The mysterious crown jewel set  The rose-cut diamond set was long shrouded in mystery – how was this impressive jewellery set worn? Today, the set is described as a necklace and two brooches. It was created in 1840 by the jewellery firm C.M. Weishaupt & Söhne of Hanau in Hesse, Germany, for Christian VIII’s consort, Queen Caroline Amalie (1796–1881).  Not a necklace   The rose-cut diamond set did not appear to be included on any of the preserved invoices from the jewellery firm C.M. Weishaupt & Söhne, who created the set in its current form between 1840 and 1842. For decades, the set was regarded as a long necklace with a brooch, but eventually, it was linked to an invoice dated 29 March 1842 for a belt (‘gürtel’), which was the original intended use of the necklace. The rose-cut diamond set was designed to be worn around a corseted waist with the large pendant, previously viewed as a brooch, in the middle. The pendant can also be broken up, so that the individual pieces can be worn separately as smaller brooches.   Stitched onto the dress   Although the Danish queens continued to wear corsets as late as the time of the First World War in order to attain the fashionable hourglass figure, the belt was not designed to reach all the way around the waist. Tiny loops on the belt and at the ends of it suggest that it was stitched onto the dress. In Queen Caroline Amalie’s time, in addition to the narrow waist, fashionable dresses often included a long train. Fastened on the back, the train would cover this part of the waist, so the belt was only meant to decorate the front of the dress. Queen Lovisa (1851–1926) was aware that the set was intended as a belt, as illustrated by a large portrait that shows her wearing it around her waist. Queen Lovisa took great interest in the crown jewels and used loose pearls and precious stones to create additional pieces of jewellery for the collection. Today, these pieces are on display at the Amalienborg Museum.  Diamonds like rosebuds   Rose-cut diamonds have a special cut that makes the individual stones resemble rosebuds. Most of the stones originally belonged to Christian VI’s unmarried sister, Princess Charlotte Amalie (1706–1782). Like her sister-in-law Sophie Magdalene (1700–1770), she specified in her will that her brilliant-cut and rose-cut diamonds should be included in the crown jewels.  The rose-cut diamond set during the reign of HM Queen Margrethe  HM Queen Margrethe rarely wore the rose-cut diamond set during her reign. On a few occasions, HM Queen Margrethe wore the brooch, including at a gala performance at the Royal Danish Theatre celebrating her 50th birthday. The belt that is part of the rose-cut diamond set has not left the Treasury at Rosenborg since Queen Ingrid wore it as a necklace around 1950.  Photo Iben Kaufmann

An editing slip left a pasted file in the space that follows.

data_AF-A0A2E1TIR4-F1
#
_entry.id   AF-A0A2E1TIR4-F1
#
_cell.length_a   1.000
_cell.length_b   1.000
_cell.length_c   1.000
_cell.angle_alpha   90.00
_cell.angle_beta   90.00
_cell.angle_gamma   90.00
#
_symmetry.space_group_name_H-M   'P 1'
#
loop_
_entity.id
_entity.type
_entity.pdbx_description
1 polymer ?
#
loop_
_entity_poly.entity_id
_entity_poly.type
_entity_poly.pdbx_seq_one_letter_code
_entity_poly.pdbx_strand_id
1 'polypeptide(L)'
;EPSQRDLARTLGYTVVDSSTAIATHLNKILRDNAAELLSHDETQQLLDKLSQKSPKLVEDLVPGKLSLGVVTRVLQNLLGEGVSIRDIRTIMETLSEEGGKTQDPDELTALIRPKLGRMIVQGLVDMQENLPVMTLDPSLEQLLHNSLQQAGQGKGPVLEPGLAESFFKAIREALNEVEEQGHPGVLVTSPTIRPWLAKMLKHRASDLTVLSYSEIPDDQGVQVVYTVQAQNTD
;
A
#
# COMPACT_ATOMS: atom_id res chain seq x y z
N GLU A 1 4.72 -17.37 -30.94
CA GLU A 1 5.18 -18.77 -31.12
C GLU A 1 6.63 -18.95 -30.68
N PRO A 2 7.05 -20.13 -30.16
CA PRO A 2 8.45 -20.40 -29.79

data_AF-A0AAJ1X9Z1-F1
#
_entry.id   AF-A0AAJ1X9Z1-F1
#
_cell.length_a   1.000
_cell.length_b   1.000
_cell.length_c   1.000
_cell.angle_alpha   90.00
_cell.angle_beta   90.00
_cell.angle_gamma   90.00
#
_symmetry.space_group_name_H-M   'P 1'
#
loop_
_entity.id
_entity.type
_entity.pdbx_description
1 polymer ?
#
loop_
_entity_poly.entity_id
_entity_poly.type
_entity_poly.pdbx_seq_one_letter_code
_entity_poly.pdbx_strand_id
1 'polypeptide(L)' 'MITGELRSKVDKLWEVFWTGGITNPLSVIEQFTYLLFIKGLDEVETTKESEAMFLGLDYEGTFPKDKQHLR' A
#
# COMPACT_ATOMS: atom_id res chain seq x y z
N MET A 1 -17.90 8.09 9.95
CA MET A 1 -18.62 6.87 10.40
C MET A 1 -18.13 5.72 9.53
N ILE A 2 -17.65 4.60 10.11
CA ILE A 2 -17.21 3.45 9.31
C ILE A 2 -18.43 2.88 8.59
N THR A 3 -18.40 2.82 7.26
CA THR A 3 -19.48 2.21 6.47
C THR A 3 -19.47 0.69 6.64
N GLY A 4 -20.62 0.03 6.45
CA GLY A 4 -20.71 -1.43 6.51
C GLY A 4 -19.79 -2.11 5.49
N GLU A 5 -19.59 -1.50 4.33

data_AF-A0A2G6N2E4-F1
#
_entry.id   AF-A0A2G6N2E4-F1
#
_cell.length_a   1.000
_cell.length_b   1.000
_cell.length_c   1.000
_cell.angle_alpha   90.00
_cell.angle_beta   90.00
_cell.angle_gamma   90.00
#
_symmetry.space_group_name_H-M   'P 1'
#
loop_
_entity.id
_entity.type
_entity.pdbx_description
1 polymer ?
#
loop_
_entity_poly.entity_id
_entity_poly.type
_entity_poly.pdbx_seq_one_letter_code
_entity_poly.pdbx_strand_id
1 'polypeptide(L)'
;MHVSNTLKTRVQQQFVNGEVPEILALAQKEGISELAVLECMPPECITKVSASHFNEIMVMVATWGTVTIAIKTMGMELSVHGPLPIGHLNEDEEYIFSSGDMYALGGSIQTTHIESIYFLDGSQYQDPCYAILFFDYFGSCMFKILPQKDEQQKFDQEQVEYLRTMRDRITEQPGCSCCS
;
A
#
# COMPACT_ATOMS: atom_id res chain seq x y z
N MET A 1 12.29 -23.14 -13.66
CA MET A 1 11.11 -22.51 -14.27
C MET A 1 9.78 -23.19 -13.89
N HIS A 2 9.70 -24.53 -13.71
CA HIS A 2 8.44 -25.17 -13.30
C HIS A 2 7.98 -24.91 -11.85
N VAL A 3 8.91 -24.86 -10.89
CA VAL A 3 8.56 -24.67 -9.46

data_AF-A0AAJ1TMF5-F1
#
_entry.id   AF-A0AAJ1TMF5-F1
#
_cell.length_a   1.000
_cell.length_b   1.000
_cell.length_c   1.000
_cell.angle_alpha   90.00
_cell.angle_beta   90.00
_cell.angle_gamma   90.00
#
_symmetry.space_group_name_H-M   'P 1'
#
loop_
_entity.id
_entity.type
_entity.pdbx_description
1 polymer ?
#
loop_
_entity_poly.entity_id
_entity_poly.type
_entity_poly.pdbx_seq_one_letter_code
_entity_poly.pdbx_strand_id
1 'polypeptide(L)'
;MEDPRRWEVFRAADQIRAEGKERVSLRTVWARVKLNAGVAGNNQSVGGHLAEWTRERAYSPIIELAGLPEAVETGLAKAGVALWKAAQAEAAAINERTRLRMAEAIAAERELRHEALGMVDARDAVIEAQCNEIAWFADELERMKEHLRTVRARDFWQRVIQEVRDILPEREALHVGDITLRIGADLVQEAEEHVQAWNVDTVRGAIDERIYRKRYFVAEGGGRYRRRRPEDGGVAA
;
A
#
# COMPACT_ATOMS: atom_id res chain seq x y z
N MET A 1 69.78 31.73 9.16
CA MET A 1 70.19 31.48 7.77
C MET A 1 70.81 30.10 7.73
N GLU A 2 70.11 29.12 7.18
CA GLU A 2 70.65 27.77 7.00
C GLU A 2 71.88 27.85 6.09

The emerald set